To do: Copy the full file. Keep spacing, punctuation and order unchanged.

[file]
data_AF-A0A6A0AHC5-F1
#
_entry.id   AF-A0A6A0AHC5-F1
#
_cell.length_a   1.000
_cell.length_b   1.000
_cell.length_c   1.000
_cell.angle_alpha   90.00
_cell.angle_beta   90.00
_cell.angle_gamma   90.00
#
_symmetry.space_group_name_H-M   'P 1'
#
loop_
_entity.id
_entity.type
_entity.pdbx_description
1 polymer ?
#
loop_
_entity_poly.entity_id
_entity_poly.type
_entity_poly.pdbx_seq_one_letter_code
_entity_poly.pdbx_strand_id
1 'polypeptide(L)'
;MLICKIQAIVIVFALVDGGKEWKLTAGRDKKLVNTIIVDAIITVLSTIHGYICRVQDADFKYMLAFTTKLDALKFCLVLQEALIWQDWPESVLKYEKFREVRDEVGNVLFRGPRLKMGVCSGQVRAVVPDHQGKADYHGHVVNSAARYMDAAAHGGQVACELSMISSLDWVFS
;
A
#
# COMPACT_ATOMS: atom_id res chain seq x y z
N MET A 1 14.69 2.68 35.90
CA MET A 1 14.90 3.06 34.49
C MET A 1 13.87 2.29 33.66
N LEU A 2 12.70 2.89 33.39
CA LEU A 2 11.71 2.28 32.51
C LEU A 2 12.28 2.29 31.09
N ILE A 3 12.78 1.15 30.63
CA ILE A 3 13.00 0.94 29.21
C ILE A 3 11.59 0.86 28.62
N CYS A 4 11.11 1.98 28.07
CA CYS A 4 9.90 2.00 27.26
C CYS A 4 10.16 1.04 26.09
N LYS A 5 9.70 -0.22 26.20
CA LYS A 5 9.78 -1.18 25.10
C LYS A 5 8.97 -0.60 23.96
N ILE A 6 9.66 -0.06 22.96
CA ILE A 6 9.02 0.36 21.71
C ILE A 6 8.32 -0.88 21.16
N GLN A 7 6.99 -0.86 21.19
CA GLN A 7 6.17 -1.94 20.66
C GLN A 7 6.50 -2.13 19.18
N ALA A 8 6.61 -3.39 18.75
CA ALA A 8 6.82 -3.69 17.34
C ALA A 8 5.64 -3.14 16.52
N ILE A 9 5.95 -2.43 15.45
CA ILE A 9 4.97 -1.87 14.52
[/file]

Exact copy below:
data_AF-A0A6A0AHC5-F1
#
_entry.id   AF-A0A6A0AHC5-F1
#
_cell.length_a   1.000
_cell.length_b   1.000
_cell.length_c   1.000
_cell.angle_alpha   90.00
_cell.angle_beta   90.00
_cell.angle_gamma   90.00
#
_symmetry.space_group_name_H-M   'P 1'
#
loop_
_entity.id
_entity.type
_entity.pdbx_description
1 polymer ?
#
loop_
_entity_poly.entity_id
_entity_poly.type
_entity_poly.pdbx_seq_one_letter_code
_entity_poly.pdbx_strand_id
1 'polypeptide(L)'
;MLICKIQAIVIVFALVDGGKEWKLTAGRDKKLVNTIIVDAIITVLSTIHGYICRVQDADFKYMLAFTTKLDALKFCLVLQEALIWQDWPESVLKYEKFREVRDEVGNVLFRGPRLKMGVCSGQVRAVVPDHQGKADYHGHVVNSAARYMDAAAHGGQVACELSMISSLDWVFS
;
A
#
# COMPACT_ATOMS: atom_id res chain seq x y z
N MET A 1 14.69 2.68 35.90
CA MET A 1 14.90 3.06 34.49
C MET A 1 13.87 2.29 33.66
N LEU A 2 12.70 2.89 33.39
CA LEU A 2 11.71 2.28 32.51
C LEU A 2 12.28 2.29 31.09
N ILE A 3 12.78 1.15 30.63
CA ILE A 3 13.00 0.94 29.21
C ILE A 3 11.59 0.86 28.62
N CYS A 4 11.11 1.98 28.07
CA CYS A 4 9.90 2.00 27.26
C CYS A 4 10.16 1.04 26.09
N LYS A 5 9.70 -0.22 26.20
CA LYS A 5 9.78 -1.18 25.10
C LYS A 5 8.97 -0.60 23.96
N ILE A 6 9.66 -0.06 22.96
CA ILE A 6 9.02 0.36 21.71
C ILE A 6 8.32 -0.88 21.16
N GLN A 7 6.99 -0.86 21.19
CA GLN A 7 6.17 -1.94 20.66
C GLN A 7 6.50 -2.13 19.18
N ALA A 8 6.61 -3.39 18.75
CA ALA A 8 6.82 -3.69 17.34
C ALA A 8 5.64 -3.14 16.52
N ILE A 9 5.95 -2.43 15.45
CA ILE A 9 4.97 -1.87 14.52